We leave Mom and Dad’s house at 5am and arrive at the court before 8am to meet the attorneys. I wonder if maybe Dad will be riding back home with us. I order a latte at the coffee cart outside. The guy gives me a large even though I order a small. “It’s because you said please.” Finally, a friendly face at the courthouse.
Vicki said the hearing would be short; it was to ask the judge for a bail hearing. Vicki also told us we were not allowed to make any type of contact with Dad in court. No touching, no eye contact, no motioning. It’s a misdemeanor and we can be arrested.
Nothing prepares you for the first time you see your dad shackled, in an orange jumpsuit, locked in a cage in a courtroom. I can tell Dad is trying to stay strong but his expressions give away his fear and helplessness. The court is full of people I don’t know – investigators, police, Mac’s son and a slew of reporters. Why is Dad’s case such a big deal? I feel violated with all these strangers witnessing such a private moment. The Los Angeles Times reporter keeps trying to speak to us. He even has my parents’ home number. Vicki says absolutely no talking to the press. Dad’s arrest had been all over the news on TV and in the papers. Vicki says it’s a sensationalized case filled murder, sex, drugs, strip clubs and even tales about him being tied to the mafia. To me, it is just my dad.
The hearing lasts less than five minutes. We sit there all dressed up, perfect posture. The judge denies Dad bail and Vicki sets a court date on November 17th for a bail hearing. Dad looks over at us and nods. I smile as my lips stick to my teeth. The court officer takes Dad away as he hobbles in his shackles and handcuffs. I can still hear his chains after the door closes behind him.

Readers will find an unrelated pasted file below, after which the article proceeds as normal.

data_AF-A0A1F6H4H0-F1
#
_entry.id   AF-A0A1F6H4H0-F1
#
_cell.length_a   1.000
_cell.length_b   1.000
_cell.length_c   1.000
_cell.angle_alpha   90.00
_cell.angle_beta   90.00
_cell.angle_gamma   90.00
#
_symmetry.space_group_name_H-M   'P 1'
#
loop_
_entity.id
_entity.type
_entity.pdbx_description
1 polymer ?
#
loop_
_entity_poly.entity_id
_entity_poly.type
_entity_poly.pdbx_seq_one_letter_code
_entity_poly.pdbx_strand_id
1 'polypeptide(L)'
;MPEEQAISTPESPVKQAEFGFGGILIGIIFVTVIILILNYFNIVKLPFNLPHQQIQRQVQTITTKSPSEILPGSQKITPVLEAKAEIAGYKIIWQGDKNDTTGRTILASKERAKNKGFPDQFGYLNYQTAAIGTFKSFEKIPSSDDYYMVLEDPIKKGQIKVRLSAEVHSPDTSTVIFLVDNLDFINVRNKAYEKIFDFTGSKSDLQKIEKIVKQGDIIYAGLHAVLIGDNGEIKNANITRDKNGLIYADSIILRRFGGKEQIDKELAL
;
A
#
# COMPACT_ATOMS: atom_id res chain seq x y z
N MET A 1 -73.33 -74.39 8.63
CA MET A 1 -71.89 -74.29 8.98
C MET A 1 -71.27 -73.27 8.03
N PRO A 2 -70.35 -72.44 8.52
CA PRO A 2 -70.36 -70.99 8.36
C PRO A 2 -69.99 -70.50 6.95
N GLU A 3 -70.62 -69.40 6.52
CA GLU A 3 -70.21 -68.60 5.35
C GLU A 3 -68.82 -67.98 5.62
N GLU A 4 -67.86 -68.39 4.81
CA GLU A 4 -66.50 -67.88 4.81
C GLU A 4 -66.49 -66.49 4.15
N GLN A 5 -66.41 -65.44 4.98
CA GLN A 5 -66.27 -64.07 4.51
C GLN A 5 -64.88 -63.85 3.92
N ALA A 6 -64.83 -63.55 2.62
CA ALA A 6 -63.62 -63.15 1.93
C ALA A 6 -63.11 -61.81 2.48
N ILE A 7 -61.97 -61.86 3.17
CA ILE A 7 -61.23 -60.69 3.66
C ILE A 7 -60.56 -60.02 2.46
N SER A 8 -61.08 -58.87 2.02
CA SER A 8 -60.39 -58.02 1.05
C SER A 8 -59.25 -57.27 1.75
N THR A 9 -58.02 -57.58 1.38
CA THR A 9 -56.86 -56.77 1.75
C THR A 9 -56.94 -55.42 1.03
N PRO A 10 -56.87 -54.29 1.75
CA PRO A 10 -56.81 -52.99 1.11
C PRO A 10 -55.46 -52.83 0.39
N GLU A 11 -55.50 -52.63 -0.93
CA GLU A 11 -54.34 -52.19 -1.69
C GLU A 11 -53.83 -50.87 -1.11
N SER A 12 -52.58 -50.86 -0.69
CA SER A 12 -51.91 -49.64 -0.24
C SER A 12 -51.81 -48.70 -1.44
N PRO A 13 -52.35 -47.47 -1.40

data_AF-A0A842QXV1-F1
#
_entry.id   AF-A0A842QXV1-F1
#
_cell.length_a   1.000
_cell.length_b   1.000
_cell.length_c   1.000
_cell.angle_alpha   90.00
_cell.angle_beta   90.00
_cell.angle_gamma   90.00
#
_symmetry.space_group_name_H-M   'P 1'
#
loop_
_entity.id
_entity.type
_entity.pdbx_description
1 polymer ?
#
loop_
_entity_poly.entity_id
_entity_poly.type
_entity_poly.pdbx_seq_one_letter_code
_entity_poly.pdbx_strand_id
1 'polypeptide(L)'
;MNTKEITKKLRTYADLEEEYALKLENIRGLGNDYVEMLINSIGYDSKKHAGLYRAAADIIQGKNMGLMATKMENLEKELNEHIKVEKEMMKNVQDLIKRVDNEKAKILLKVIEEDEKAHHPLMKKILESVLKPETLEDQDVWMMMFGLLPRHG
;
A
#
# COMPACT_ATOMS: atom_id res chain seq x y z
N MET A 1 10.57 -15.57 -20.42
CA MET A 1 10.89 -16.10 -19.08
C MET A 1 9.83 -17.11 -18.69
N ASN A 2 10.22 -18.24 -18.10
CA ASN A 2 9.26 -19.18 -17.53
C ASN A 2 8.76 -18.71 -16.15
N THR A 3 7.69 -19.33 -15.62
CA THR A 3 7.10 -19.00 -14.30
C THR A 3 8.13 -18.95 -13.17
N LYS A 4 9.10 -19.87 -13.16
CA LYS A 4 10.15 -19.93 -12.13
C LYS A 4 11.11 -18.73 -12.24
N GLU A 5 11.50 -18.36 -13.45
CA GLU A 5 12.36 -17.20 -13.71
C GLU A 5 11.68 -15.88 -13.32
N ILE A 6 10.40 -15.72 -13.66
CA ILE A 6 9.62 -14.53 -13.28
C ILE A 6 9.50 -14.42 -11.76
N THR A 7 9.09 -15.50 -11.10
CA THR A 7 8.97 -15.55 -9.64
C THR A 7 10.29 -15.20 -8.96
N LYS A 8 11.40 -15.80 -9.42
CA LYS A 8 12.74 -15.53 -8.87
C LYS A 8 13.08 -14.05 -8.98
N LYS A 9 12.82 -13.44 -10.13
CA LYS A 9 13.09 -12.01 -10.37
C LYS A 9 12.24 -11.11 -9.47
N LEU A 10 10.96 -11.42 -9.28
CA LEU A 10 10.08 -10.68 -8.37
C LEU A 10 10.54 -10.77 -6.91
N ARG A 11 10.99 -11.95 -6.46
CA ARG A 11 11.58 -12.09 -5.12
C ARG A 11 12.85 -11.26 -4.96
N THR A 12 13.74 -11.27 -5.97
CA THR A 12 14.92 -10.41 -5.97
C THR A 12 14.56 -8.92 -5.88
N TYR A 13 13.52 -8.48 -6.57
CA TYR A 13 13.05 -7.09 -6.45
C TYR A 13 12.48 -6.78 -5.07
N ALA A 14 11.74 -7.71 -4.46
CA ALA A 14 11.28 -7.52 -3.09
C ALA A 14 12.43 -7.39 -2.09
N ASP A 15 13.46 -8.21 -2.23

Vicki meets us quickly outside. We are looking to her for so many answers. “Don’t worry, we’ll get this all figured out. I’m late for another court hearing in Santa Monica, I’ll be in touch.” And just like that, she leaves. We stand there like deer in headlights, looking around at the Santa Ana Courthouse which, little do we know, we will spend the next year and a half visiting for court hearings and jail visits.
We drive the long ride back home. A five hour round trip drive for a five minute hearing. These drives become a daily occurrence. My entire body is stiff, I feel like I’ve been in a car accident. I can’t move my neck. The mere thought of food makes me nauseous. I am thirsty, parched. All I want is water. Mom told me that when your body is in shock, your kidneys shut down, dehydrating your body. I pace the house nervously, feeling utterly helpless, waiting for the phone to ring.
Dad is on all three major networks for the five o’clock news. They discuss his arraignment and bail hearing. “Mike Woods, ex-cop turned strip club owner with possible mafia ties in Las Vegas…”The newscaster starts out. “Woods accused of murdering his strip club partner for $25,000, and thought he’d get away with it.” The newscaster goes on to talk about Dad being involved in the porn industry and drugs. My dad, my hero.
Innocent until proven guilty? They show Dad’s God awful mug shot picture and then pan to a family photo of the four of us in Hawaii at sunset one Christmas. How did they get that photo? I forgot about that dress in the photo, I used to wear it all the time. I feel vulnerable. We are paranoid and paralyzed with fear. Our private lives have been made public overnight.
That night, I sleep in the same bed with Mom. Every time a helicopter flies by or a siren is heard down the street, we are certain the sheriffs are coming back for another house raid or to seize our assets. It reminds me of when I was a child when there was an earthquake in the middle of the night. I’d lay there in the bed, frozen, holding my breath, heart pounding, unable to move. It takes me years to get over that sensation.
As I lie in bed, thinking about the way the media is portraying my father to the public, I think about Mac threatening Kristen and me. How come Dad never told us? I get a chill thinking about how protective Dad has always been of the family and begin to wonder about the murder charges. It didn’t make sense for Dad to kill Mac for money, because after Mac died, David took over as partner and got Mac’s share of the business. I think about all the wonderful things, big and small, that Dad did for us, his little girls. No newspaper or TV show would report those. I think about The Bionic Woman.